Something to Think About

"I found it is the small everyday deeds of ordinary folk that keep the darkness at bay. Small acts of kindness and love."
- J.R.R. Tolkien, The Hobbit

Wednesday, January 16, 2013

Matters of Grave Concern... or What should we do with the Body?*

What do you want done with your body after you die?

This is a very personal question I feel we should all ask ourselves well in advance of our deaths, if at all possible.  Our family members will appreciate knowing what we would prefer beforehand instead of having to muddle through after our deaths.  They will have enough difficult decisions to make at that time. The most responsible thing to do is to discuss this with your loved ones well in advance of your death so they know what you would have wanted and so that you can answer any questions they might have.

It's a question that I think about occasionally but it popped back up in my mind recently with the death of my boyfriend's aunt over the weekend.  Her family chose cremation.  I'm not sure what they will do with her ashes.

I've absolutely decided that I don't want my body buried in a box in the ground.  That seems like such a waste of space, money and it serves no purpose.  I thought, perhaps, cremation would be the solution but... what would I want done with my ashes?  I certainly don't want them in an urn on someone's mantle.  I don't expect my loved ones to spread them anywhere.  That solution creates problems, as well.

Then it occurred to me: Whole body donation.  I could donate my entire body to science. Medical students need cadavers to practice on, after all.

Or, I thought, what about those places that they call Body Farms - where cadavers are left to deteriorate naturally in various situations for scientific study.  That appeals to me, as well.

It appears that there are four such forensic facilities in the US:  University of Tennessee Research Facility, Western Carolina University, Texas State University, and Sam Houston State University.  The University of Tennessee seems to have the most extensive program and is the closest to me but they will only pay to transport your body if you are within 100 miles of the facility.  I've no idea how much it would cost to transport my body 530 miles and across several state lines but I imagine that it would not be cheap nor simple. I'm not sure it would be right to expect my loved ones to go through all that paperwork.

(Note:  I tried to use Google to get an idea of cost but I was unsuccessful.  If I'm picked up and questioned by the authorities we'll know all know why and that what we Google is being monitored by the government. Just saying...)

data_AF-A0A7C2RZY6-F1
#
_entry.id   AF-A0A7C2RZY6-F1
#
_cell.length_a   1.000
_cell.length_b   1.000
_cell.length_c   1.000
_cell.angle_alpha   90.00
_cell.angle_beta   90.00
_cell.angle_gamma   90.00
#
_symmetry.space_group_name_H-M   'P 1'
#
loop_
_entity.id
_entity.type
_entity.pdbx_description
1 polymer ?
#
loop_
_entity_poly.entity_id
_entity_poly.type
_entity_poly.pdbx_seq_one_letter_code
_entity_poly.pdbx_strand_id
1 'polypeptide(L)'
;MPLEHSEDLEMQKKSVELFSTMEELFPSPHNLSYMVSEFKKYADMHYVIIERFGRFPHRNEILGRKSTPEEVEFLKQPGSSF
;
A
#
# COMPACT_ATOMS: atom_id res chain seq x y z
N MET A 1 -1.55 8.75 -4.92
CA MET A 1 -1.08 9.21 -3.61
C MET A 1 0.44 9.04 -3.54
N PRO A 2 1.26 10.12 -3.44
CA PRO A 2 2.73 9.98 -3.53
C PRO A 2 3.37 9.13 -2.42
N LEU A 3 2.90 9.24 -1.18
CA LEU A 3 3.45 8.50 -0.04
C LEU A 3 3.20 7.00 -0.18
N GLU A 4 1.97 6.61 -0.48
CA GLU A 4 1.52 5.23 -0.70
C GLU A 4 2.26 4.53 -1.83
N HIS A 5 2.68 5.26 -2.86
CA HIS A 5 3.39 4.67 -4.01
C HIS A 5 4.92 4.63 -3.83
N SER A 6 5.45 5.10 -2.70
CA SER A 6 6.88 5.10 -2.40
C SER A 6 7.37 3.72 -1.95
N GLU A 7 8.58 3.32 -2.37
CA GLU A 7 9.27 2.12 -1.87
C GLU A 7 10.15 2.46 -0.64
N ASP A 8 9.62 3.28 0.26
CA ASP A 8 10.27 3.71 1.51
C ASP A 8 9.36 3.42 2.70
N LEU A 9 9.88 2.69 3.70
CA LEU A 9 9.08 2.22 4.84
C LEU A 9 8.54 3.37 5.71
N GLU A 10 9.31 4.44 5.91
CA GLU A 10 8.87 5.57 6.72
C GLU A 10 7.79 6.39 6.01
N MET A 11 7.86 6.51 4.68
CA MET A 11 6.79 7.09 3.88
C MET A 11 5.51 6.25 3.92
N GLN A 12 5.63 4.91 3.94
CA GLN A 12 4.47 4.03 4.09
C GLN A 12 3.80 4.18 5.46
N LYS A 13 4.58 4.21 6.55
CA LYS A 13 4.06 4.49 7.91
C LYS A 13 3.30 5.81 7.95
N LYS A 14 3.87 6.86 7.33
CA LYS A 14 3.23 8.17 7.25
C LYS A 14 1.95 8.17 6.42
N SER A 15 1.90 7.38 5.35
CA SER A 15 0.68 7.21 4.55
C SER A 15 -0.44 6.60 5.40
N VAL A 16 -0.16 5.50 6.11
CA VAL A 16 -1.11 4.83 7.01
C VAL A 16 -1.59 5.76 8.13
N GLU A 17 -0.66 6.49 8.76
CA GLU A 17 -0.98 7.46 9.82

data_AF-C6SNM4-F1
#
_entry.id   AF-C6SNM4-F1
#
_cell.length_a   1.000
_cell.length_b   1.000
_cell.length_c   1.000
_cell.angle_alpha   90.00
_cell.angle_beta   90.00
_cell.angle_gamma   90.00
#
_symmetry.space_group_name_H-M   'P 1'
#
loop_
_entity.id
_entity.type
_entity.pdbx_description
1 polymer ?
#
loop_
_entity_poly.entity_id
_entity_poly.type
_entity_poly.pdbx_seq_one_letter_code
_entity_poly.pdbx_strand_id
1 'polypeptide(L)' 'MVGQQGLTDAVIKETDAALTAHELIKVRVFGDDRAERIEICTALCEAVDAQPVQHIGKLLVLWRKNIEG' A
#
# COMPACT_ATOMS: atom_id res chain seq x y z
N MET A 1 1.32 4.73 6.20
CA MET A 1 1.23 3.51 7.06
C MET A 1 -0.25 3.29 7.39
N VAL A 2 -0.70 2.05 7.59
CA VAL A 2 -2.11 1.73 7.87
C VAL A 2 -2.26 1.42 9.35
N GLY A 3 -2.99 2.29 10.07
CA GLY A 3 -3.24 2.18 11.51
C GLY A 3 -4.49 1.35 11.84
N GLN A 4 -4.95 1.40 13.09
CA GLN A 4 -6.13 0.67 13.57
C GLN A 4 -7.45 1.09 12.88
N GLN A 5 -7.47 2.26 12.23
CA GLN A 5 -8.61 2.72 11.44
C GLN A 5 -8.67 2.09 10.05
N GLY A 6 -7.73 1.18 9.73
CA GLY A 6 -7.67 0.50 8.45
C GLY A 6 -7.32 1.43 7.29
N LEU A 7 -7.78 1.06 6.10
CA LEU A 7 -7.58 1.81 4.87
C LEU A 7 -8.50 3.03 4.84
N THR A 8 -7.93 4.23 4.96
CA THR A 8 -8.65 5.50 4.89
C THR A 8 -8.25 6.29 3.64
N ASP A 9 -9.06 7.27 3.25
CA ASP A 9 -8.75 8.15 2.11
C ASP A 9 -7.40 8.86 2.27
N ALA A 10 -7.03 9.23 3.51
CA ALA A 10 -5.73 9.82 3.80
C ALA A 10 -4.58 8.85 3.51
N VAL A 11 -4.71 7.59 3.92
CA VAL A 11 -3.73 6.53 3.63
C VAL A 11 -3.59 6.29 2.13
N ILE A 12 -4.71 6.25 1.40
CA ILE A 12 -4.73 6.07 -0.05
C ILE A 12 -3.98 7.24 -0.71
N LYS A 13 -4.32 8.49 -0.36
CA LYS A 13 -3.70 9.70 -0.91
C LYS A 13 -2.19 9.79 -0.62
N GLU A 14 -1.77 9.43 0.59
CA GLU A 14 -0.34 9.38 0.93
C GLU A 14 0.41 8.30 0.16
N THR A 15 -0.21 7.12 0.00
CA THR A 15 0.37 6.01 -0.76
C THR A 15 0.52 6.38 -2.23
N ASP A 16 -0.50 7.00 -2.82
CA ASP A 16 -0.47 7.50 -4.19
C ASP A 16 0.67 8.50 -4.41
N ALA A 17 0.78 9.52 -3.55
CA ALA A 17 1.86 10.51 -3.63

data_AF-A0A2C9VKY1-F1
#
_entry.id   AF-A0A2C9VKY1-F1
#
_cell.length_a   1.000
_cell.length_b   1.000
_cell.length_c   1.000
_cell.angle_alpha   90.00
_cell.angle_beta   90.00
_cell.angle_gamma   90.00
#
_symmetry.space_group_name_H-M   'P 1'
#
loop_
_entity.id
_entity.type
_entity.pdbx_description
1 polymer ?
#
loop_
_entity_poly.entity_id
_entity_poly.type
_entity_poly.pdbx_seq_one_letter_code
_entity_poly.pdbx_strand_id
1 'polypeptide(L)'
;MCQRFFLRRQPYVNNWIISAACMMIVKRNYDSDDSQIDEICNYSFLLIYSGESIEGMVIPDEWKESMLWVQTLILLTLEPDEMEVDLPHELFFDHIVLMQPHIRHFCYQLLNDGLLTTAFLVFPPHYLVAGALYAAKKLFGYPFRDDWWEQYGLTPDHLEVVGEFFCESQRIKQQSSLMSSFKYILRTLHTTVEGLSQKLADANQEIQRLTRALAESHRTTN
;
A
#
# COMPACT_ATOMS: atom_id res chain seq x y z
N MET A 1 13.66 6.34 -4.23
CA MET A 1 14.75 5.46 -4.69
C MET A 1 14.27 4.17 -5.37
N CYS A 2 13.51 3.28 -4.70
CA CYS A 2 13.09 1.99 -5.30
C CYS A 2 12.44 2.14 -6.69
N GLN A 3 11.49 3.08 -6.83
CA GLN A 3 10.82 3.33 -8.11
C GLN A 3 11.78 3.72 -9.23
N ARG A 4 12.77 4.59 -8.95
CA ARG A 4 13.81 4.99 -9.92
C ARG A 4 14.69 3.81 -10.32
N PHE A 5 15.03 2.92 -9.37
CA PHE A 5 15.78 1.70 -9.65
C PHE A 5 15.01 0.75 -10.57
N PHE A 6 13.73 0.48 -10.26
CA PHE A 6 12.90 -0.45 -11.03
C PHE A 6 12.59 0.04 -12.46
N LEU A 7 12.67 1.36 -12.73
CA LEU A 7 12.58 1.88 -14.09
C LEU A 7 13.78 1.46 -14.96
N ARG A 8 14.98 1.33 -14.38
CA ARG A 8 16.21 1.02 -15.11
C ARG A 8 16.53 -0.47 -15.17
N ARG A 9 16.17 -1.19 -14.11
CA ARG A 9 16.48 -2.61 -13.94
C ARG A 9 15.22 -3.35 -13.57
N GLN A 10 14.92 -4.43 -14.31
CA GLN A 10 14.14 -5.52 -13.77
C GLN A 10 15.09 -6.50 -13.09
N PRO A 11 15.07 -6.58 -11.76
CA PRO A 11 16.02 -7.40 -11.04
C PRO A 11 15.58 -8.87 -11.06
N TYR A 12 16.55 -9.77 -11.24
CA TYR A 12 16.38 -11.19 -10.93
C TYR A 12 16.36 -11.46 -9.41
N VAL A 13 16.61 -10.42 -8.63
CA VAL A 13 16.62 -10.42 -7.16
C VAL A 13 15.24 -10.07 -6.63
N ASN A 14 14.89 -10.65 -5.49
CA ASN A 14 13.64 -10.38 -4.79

If you do live within a reasonable distance of these universities, you might want to consider donating your body to them. Of course, it would be best to check out their requirements and contract them ahead of time.

Well, alright. Back to my first idea. A friend on Google + pointed out that some medical schools - he mentioned Harvard - might have all the cadavers they need and that I might want to research this.  I did and I  found Science Care, an organization that coordinates donations of bodies to where they are needed.  This sounds promising.  I checked the requirements and it seems that I am within the weight  and length limits so this is a distinct possibility and an added motivation to keep my weight down where it is or less.  I wouldn't want to be too obese for donation!  The only issue would be if I die of a contagious disease or if they wouldn't need me for some reason.  I guess a plan B will also have to be in order.

There are several organizations who receive whole body donations.  The one I mention here is accredited by both the American Association of Tissue Banks and the Accreditation Council for Continuing Medical Education. - and is a A+ member of the Better Business Bureau.  I'm not sure how important this is but I feel better knowing that a company that would handle my remains has some sort of accreditation. Other organizations may be accredited, as well.  I didn't check every possibility.

In any event, I have some ideas to start with and will continue to research the possibilities so that I can fine-tune my requests for my next of kin. Do give this some thought yourself.  Even if you are sure that you would prefer burial, there are still arrangements that you can make ahead of time that will ease the burden on those left behind.

Even in death we can be considerate of others, can't we?
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*Nope, nothing is sacred here.  Excuse my possible lack of taste but I find the title funny!

Image obtained here

2 comments:

  1. Have you talked about organ donation too?

    *grin*

    You can be cremated and have your ashes buried in a teeny plot with an ickle headstone. I would like to donate my body or my brain to medical research but there are a lot of conditions to doing so. Otherwise I'd like to be buried, in a cardboard box.

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    Replies
    1. I have, indeed, considered organ donation - in fact I have the organ donation designation on my driver's license and my family members know what my wishes are as far as that goes.

      It seems that, even if some of your organs are donated, there are still places that could use the rest of your body for science. :-) So, if the circumstances are right for my organs to be used by someone else, that would happen first - then the rest of me could go elsewhere.

      And yes. Plan B would be cremation. I suppose my cremated remains could be buried as that is done here. So that is an option. :-)

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